it may be said, applies equally to the Justices of the Supreme Court, who are also made competent to sit in the Circuit Courts of Appeal, but the Justices of the Supreme Court have not the interest in what may be called "log rolling" or figuring to have themselves affirmed in the Supreme Court, and hence their sitting in the lower court would be unobjectionable. No complaint has ever been made, that I have ever heard, of the Justice of the Supreme Court who may have heard a case on the circuit, sitting in review because there are eight other judges against him and he can hardly carry those men, or enough of them, with him to affirm himself, unless he is right. But when the court is made up of only three men, some strong fellow in that court who has tried a case at bar may be able to get one to go with him, and when he ought to get reversed, be affirmed. Hence, it seems to me that it would simplify the system of the Federal Judiciary more to abolish the Circuit Court as a court of first resort as a trial court and let all cases originate in and be tried in the district court and go from there to the Circuit Court of Appeals and from thence to the Supreme Court if they are appealable in that way. (Applause.)

MR. MOSES: I think I can give some information to the Association and to Judge Blodgett upon this subject. At the last session of the American Bar Association which I attended, a bill was framed practically embodying the suggestions of Judge Blodgett, to the effect that all the Circuit Courts of the United States be abolished and that there should be but one Federal Court known as the District Court, with as many branches as necessary in the different localities. In this way the objections mentioned by Judge Blodgett would be obviated and jealousies between circuit and district judges would be done away with. And there should be in every State in the Union but one court. There should be but one court in the State of Illinois and that court should be called the County Court, sitting every day, instead of sitting twice a year in the country. And this bill, Judge Blodgett, has been adopted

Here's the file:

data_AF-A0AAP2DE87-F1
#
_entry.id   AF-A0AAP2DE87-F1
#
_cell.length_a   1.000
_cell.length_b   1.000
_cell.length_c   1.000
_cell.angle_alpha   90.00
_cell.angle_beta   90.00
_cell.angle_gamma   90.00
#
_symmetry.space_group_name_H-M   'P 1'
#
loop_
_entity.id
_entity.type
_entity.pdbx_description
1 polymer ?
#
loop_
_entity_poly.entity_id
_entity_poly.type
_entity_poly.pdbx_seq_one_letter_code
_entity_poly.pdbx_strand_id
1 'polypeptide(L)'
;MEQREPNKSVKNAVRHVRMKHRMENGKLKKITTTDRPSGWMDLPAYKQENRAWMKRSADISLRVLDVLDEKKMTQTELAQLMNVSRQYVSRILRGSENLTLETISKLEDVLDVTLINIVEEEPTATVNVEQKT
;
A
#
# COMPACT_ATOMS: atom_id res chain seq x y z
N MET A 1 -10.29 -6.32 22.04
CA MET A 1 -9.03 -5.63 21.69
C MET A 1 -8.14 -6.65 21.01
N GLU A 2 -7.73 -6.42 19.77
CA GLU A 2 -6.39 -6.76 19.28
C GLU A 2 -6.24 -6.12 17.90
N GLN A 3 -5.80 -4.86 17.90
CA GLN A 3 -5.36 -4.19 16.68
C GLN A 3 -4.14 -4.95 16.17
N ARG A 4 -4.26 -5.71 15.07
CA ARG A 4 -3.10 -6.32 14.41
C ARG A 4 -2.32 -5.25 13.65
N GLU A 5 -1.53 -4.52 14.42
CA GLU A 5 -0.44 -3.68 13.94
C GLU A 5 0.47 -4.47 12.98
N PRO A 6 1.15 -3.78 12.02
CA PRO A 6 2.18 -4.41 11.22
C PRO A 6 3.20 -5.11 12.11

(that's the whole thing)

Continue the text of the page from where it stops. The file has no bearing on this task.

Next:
after full discussion, and has been referred to a committee of revision and will be reported at the next session of the American Bar Association and no doubt passed.

JUDGE BRODGETT: I had not heard of that.
Gen. McNULTA: Where is it now?

MR. Moses: It is not yet in Congress, because the final report will be presented next month at the American Bar Association.

JUDGE GROSS: I would like, Mr. President, to have the sense of this Association taken upon this subject. I regard the suggestions made by Judge Blodgett as wise and timely, supplemented as they are by the information that already the American Bar Association has taken action in this matter. I submit that this Association might with perfect propriety on this occasion, if it be so minded, endorse that action and give to it the force and stimulus of the recommendation of this Association. And in making this suggestion let me follow it with another suggestion, that Mr. Moses hold this matter upon his mind, as he has so many other matters, and formulate a resolution and present it to us and let us see what we will do with it. This is simply a suggestion, Mr. President, and I desire to let it rest there.